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OP: A Man's Cookbook

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by Raymond Oliver

French chef, restaurateur, and TV personality Raymond Oliver (1909–1990) was a bombastic personality in the 20th century food scene. Opinionated and outspoken, he rejected the mid-century trend toward cuisine nouvelle—lighter, healthier fare—in favor of the rich, heavy, and splashy dishes of France’s past. 

With his aversion to evolving culinary philosophies, it may come as no surprise that he harbored other “old-fashioned” sentiments. His New York Times obituary quotes him as having said, "No woman was ever a great cook…A woman cooks like her mother, to please a man. But when men cook, it's to please themselves. They like to experiment, to explore unknown frontiers."

Perhaps it is with this in mind that Oliver wrote A Man’s Cookbook—originally published in French in 1958. Other than the title and preface, however, the book avoids such overt misogyny and proves itself to be a genuinely instructive manual for sincere and curious cooks. It is a clear precursor to his more famous magnum opus on technique, La Cuisine (1967).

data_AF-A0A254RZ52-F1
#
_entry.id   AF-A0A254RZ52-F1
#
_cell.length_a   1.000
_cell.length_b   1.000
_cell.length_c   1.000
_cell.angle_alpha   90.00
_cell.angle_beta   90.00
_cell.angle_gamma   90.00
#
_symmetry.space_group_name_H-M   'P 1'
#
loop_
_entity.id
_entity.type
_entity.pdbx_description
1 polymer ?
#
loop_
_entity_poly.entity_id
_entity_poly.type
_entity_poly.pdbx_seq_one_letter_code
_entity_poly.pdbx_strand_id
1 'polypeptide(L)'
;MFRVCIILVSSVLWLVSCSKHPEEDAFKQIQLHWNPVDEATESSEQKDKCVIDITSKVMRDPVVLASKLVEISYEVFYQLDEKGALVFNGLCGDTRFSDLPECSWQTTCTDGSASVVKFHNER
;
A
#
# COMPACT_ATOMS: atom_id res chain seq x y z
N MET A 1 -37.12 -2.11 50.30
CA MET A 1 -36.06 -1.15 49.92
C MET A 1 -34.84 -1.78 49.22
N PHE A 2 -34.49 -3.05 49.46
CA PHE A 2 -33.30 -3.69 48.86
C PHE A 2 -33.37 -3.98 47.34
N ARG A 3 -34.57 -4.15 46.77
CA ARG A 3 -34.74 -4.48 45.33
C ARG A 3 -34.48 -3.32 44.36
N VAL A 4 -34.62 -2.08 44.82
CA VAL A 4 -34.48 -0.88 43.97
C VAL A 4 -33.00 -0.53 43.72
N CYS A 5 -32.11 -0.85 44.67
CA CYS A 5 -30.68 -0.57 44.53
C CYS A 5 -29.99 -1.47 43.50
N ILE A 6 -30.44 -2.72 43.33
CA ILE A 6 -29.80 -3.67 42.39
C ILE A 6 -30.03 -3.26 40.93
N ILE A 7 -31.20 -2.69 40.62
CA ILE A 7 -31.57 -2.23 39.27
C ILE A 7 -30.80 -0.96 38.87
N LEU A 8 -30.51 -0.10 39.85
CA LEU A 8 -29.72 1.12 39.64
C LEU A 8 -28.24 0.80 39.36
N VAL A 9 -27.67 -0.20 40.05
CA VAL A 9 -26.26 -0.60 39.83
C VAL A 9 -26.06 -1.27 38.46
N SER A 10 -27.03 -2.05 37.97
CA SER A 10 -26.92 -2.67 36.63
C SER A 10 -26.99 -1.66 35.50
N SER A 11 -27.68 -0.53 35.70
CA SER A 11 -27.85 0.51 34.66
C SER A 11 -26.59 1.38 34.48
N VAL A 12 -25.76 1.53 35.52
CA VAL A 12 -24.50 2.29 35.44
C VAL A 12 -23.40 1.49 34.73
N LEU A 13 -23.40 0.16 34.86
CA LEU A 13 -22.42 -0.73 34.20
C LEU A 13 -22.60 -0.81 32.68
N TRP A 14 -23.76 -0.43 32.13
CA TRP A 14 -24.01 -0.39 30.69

The recipes, written in prose form, often foregoing specified quantities, assume a certain level of comfort in the kitchen while offering valuable information on technique, ingredients, and equipment. The confidence and experience of a restaurant chef at the helm is a reassurance for those readers making an ambitious foray into the kitchen.

Skewing French, the dishes range from tomato soup to coq au vin to pommes dauphine—and everything in between. Boasting four hundred recipes in a rather compact form (200 pages, 7” x 5”), it is a rewarding and handy resource for those getting serious about their cooking. 

We offer here the 1961 first American printing in Very Good Plus condition with a lightly shelfworn jacket, now protected in a mylar sleeve. The jacket bears a blue sticker and an ink smudge to the front flap.

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